Can I Breastfeed at Work?

If you wish to breastfeed as a new mother you have the right to do so safely in your workplace. Your employer has a legal obligation to provide “suitable facilities” for new and expectant mothers in the workplace. Therefore, it is important to know your rights regarding breastfeeding in the workplace.

As a new mother, if you wish to breastfeed in the workplace when you return to work, you have the right to do so safely. Whether this is expressing milk in a private area or whether your child is in the workplace nursery, you have the right to breastfeed and express milk in the workplace. According to the Workplace (Health, Safety and Welfare) Regulations 1992, an employer legally must provide “suitable facilities” for new and expectant mothers in the workplace. Therefore, an employer must ensure there is a safe, clean and private area for women to breastfeed or express milk in the workplace.

If you wish to breastfeed or express milk whilst at work, you must give your employer written warning of this, so that the employer can prepare for your needs. A meeting should be organised to voice all health and safety risks associated with breastfeeding in the workplace, and a risk assessment should be carried out to ensure breastfeeding in the workplace can be done safely.

What facilities should an employer provide for breastfeeding employees?

As an employer, you must provide “suitable facilities” to accommodate new and expectant mothers in the workplace. This includes ensuring that new mothers who wish to express milk or breastfeed in the workplace can do so comfortably and safely.

The space for women to either express milk or to breastfeed should comply with the following:

  • A private space.
  • A secure space, specifically with a lock on the door.
  • Access to a plug socket in the room, to allow a breast pump to be plugged in.
  • A clean space.
  • A comfortable space where the employee can rest.
  • A fridge available to store the expressed milk until the end of the day.
  • A toilet does not qualify as an appropriate area for an employee to breastfeed or express milk.

If your employer fails to provide suitable facilities for new mothers to breastfeed in the workplace, they will be breaching the Workplace (Health, Safety and Welfare) Regulations 1992, and therefore you should report this to the UK’s Health and Safety Executive.

Breastfeeding in the workplace

Some women will require an area to breastfeed their child in the workplace. There are a range of ways in which you can breastfeed your child in the workplace, such as the following:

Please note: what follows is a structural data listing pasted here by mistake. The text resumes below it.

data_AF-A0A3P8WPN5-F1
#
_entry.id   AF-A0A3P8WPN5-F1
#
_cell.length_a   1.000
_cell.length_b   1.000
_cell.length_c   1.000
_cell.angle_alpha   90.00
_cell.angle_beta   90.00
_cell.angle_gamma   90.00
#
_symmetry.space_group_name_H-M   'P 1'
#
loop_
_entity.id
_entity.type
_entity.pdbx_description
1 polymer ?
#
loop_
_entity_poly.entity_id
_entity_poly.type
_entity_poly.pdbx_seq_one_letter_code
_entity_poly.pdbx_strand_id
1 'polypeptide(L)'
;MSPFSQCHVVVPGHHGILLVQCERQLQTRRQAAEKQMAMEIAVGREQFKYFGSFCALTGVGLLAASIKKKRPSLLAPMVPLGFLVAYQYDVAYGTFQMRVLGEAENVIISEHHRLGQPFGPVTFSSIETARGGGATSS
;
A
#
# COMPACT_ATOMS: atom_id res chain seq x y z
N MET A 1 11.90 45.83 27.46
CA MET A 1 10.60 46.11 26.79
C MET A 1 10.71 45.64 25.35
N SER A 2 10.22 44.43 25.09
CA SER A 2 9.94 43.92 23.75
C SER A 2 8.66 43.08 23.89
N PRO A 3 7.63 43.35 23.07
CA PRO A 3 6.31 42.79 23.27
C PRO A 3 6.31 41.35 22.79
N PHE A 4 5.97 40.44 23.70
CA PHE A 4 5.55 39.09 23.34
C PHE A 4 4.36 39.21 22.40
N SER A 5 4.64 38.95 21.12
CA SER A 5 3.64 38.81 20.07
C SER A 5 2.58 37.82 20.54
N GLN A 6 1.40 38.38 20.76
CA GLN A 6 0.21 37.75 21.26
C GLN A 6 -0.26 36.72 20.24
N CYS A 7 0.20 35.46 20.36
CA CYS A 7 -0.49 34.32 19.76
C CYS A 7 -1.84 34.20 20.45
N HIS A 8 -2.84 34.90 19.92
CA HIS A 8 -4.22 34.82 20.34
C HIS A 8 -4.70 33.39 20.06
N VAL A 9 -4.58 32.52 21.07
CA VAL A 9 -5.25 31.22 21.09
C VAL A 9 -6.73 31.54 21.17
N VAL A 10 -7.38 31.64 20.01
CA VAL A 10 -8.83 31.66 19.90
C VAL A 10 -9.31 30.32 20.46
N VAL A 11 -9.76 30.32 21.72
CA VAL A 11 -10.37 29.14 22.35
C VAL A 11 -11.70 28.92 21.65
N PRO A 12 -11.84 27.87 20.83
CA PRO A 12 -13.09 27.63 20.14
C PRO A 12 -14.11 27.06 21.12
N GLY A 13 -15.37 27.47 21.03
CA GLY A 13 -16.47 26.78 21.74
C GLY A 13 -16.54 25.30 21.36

• If your childcare is close to your workplace or is on-site, you could arrange to breastfeed your child during your breaks.
  • If a family relative lives close by, they could bring your child into work during your breaks to allow you to breastfeed during the day.
  • You could ask your employer whether it would be feasible to have flexible working hours, which could work around your breastfeeding schedule.
  • The Human Resources (HR) department in your workplace can help you to organise your breastfeeding arrangement.

As an employer, if you support breastfeeding mothers in the workplace, it will increase the morale in the workplace and increase the appeal for potential recruits to join your organisation.

In September 2016, easyJet airline experienced a dispute with two employees, Cynthia McFarlane and Sara Ambacher. These two easyJet employees, who were members of the cabin crew, wanted to continue breastfeeding when they returned to work after their maternity leave. However, the two employees were required to work on a roster pattern by their employer, which meant that the length of the shift was constantly changing.

Consequently, both employees had to work for long periods of time as cabin crew but were told that they could not breastfeed during the flight. The employees asked if they could work a maximum of 8 hours during a shift, and if this could not be arranged, then they asked if they could be re-allocated to ground duties where they would be able to express milk, but the employer declined.

This long period of time where the employees were not allowed to express milk increased the serious risk of mastitis, milk stasis and engorgement, which are serious health problems associated with not expressing milk regularly enough. EasyJet were found guilty for subjecting Cynthia McFarlane and Sara Ambacher to indirect sex discrimination. Consequently, the two employees were compensated for their financial loss and for injury to feelings.

Understanding how to breastfeed safely in the workplace is of the utmost importance for new mothers and employers.

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